“There’s a range of festivals that I really support – Guadalajara, also Cartagena, Edinburgh, Miami, Sarajevo – that look for films for the public,” “The Olive Tree” producer Gordon commented. “Obviously, they want good films, but they’re not just focused on discovering new ways forward for art, independently of its potential audiences, as some events are.”

“The Olive Tree” has wracked up robust major territory pre-sales for eOne’s Seville Intl. Even so, maybe international production is evolving faster than exhibition. The challenge for crossover films is that “arthouse distributors tend to prefer more elitist ‘arty’ films selected for Berlin or Cannes while more commercial distributors will consider them difficult as they are foreign language,” Gordon added.

Roberto Sneider made his first feature in 1995; “The 4th Company” marks the fiction feature debut of Amir Galvan Cervera and Mitzi Vanessa Arreola.

“Now there’s a diversity of Mexican production, which is linked to another element, seen in this edition, the encounter or reencounter of several generations of cineastes and production types,” such as Retes and Cuaron.

“Filmmakers are shooting in English, which was once considered an act of betrayal. Even low-budget movies, maybe because of the cinematography or use of light, do not seem cheap these days,” he added.

The challenge remains for Mexican films to conquer their own box office. “Only a few titles have a decent commercial life, “ said Trujillo.

The 31st Guadalalajara Festival opens March 4 with one title whih has had a decent commercial life, Alain Gsponer’s “Heidi,” a flagship Studiocanal Swiss-German production which has near sold out the world and bows in a year when Switzerland is Guadalajara’s Guest Country of Honor.

In its most obvious major innovation this year, Guadalajara will up camp from the Expo Guadalajara to city center Guadalajara U, its spacious Cineforo, with 450 seats, now figuring as its major cinema. Move allows the Festival to be “less separated from the city,” said Festival director Ivan Trujillo. “Inspired in part by Berlin,” he added, Guadalajara’s Arts Museum (MUSA) will house fest’s 14th Guadalajara Film Market.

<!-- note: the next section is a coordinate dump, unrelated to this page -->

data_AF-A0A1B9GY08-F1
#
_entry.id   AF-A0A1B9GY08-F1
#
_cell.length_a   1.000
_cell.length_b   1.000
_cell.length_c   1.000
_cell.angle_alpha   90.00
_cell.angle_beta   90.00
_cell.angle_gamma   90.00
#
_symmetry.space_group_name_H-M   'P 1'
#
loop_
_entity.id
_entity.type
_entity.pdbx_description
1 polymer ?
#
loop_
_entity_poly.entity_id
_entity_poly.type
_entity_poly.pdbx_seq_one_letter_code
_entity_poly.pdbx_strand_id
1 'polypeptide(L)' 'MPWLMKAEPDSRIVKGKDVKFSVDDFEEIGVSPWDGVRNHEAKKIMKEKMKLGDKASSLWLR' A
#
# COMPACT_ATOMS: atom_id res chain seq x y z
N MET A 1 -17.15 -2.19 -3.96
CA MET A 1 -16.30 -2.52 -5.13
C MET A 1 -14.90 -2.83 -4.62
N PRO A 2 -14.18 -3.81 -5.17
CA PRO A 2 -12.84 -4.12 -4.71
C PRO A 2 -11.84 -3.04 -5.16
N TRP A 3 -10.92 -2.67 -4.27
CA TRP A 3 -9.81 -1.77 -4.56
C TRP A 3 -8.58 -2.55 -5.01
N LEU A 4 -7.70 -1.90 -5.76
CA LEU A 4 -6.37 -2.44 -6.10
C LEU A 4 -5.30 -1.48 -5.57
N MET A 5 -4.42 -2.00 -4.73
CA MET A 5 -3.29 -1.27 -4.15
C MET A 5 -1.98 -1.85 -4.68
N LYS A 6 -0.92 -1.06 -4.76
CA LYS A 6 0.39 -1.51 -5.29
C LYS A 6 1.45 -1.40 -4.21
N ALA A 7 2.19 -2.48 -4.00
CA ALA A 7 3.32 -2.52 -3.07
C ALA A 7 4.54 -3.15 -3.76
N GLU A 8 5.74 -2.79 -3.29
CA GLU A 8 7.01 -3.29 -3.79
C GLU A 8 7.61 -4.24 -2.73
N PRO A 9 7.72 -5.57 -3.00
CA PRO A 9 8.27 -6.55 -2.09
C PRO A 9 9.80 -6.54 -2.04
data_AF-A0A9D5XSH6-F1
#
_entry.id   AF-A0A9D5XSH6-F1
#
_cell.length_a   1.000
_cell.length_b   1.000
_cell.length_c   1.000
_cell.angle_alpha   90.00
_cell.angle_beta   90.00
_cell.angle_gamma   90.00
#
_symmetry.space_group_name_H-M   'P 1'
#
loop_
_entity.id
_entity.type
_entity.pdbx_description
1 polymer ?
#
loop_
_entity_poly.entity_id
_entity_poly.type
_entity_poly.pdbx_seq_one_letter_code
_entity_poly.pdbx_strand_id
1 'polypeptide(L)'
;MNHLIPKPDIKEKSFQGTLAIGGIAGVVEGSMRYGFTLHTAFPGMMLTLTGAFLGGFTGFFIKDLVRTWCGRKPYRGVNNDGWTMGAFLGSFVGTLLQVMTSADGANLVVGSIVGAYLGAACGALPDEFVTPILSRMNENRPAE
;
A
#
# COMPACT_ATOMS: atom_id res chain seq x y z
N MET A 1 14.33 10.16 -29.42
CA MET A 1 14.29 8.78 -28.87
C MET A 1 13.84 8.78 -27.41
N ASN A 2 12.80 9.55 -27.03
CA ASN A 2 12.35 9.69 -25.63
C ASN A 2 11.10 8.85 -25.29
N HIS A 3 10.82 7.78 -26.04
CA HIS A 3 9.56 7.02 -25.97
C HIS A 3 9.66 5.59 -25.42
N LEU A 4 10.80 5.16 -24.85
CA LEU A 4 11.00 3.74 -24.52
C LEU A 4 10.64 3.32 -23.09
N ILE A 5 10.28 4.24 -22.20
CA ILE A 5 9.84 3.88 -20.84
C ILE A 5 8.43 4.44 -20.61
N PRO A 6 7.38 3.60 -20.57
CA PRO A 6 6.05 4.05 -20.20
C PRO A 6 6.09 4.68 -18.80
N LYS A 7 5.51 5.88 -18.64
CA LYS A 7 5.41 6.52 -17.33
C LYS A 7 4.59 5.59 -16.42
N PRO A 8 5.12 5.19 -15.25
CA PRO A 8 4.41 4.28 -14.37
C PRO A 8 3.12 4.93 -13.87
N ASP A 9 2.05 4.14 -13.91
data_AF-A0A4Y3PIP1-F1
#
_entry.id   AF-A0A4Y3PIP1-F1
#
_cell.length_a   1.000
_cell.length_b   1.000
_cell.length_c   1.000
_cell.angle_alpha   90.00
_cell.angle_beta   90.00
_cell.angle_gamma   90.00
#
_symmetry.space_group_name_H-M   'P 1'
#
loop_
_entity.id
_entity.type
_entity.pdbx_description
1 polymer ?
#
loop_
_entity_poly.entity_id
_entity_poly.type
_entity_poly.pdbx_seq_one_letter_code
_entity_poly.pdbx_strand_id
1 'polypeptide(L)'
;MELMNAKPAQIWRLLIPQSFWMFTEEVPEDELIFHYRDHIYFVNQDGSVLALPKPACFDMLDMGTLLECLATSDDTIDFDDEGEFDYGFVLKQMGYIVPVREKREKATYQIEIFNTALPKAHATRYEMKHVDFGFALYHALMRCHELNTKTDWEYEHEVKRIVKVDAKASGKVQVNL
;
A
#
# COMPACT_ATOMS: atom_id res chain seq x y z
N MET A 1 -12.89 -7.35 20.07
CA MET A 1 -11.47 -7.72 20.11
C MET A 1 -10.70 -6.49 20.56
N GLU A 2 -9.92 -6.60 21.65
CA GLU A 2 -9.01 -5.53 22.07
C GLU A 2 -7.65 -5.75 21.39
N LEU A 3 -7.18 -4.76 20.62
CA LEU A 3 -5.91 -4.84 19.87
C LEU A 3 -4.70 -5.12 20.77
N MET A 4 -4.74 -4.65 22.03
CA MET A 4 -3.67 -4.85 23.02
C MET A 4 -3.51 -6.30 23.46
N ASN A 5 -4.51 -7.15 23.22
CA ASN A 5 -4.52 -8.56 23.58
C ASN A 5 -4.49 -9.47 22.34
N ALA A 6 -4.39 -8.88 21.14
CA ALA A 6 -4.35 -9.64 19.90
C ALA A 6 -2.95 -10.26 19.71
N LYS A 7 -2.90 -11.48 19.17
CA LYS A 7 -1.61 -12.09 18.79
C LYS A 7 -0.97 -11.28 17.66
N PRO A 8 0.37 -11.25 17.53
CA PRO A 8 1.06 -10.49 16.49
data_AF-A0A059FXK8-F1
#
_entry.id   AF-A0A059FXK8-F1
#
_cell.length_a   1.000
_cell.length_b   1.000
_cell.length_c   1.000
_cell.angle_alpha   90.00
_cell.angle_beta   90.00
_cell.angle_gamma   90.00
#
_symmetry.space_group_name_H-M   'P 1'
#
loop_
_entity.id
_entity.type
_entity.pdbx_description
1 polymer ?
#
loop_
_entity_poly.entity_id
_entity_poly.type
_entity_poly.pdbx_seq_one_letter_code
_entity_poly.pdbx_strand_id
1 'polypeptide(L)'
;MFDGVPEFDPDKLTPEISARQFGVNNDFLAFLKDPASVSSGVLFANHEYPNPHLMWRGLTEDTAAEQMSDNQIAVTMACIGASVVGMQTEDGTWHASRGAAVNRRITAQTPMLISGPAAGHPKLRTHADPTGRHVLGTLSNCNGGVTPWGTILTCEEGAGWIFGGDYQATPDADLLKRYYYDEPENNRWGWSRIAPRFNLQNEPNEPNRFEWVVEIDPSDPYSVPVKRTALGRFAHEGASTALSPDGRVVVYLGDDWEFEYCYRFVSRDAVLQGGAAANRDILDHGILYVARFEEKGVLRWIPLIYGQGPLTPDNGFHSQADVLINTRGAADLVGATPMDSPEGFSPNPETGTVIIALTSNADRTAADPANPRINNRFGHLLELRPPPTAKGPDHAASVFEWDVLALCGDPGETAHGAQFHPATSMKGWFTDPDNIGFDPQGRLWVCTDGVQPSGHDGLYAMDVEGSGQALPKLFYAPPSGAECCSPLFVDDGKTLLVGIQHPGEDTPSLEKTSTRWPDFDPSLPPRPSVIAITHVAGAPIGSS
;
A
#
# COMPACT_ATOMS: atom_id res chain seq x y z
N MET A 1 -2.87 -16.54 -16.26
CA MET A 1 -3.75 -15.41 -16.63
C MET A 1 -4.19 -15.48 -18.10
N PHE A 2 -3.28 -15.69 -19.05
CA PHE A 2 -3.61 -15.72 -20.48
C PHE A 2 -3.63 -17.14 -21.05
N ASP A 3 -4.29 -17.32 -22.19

In collaboration with the World Bank’s Action4Climate initiative, Guadalajara is adding a Film4Climate showcase.

It will also inaugurate a culinary sidebar, with two Spanish gems, “Cooking Up a Tribute” and “Sherry & the Mystery of Palo Cortado” both suggesting how gastronomic tradition is a driver of a modern top-echelon industry.

Pearls from Guadalajara will highlight latest movies from the city and state of Jalisco, Mexico’s second biggest production hub, including “Sundown,” which, like “Mr. Pig,” received a production incentive from the 16-month-old Jalisco Film Commission, and a selection of shorts whose animation works, such as “The Aeronauts, “ points to Guadalajara hallmark toon production focus.

The 31st Guadalajara Festival unspools when Mexico can bring money to the table as a co-producer.

“We are now a force in co-production,” said Arailza.

Beyond that, at Guadalajara, “You can get to know, not just meet, people, said Araiza. “The size of Guadalajara allows that. Other markets are saturated. You never get beyond your circle of friends.”

Also, she added, the rump of Mexican distributors will attend Guadalajara, she added, from Televisa’s Videocine to Alejandro Lebrija’s Gussi, or Corazon Films’ Eckehardt Von Damm or “Mustang” and “Love” buyers Canibal.

Cuban cinema looks set to generate more heat as it creates metaphors for the impact of thawing U.S. relations on the Cuban collective psyche. Exhibit A and B: One of highest-concept projects at Guadalajara’s 13th Co-production Meeting, “The Extraordinary Journey of Celeste Garcia,” where an alien race offers one way ticket out of Cuba, and at pix-in-post strand Guadalajara Construye, Kiki Alvarez’s “Sharing Stella,” an intimate slice of life portrait of Cuba on the cusp of irrevocable change, Cuban cinema looks set to generate more heat as it creates metaphors for the impact of thawing U.S. relations on the Cuban collective psyche.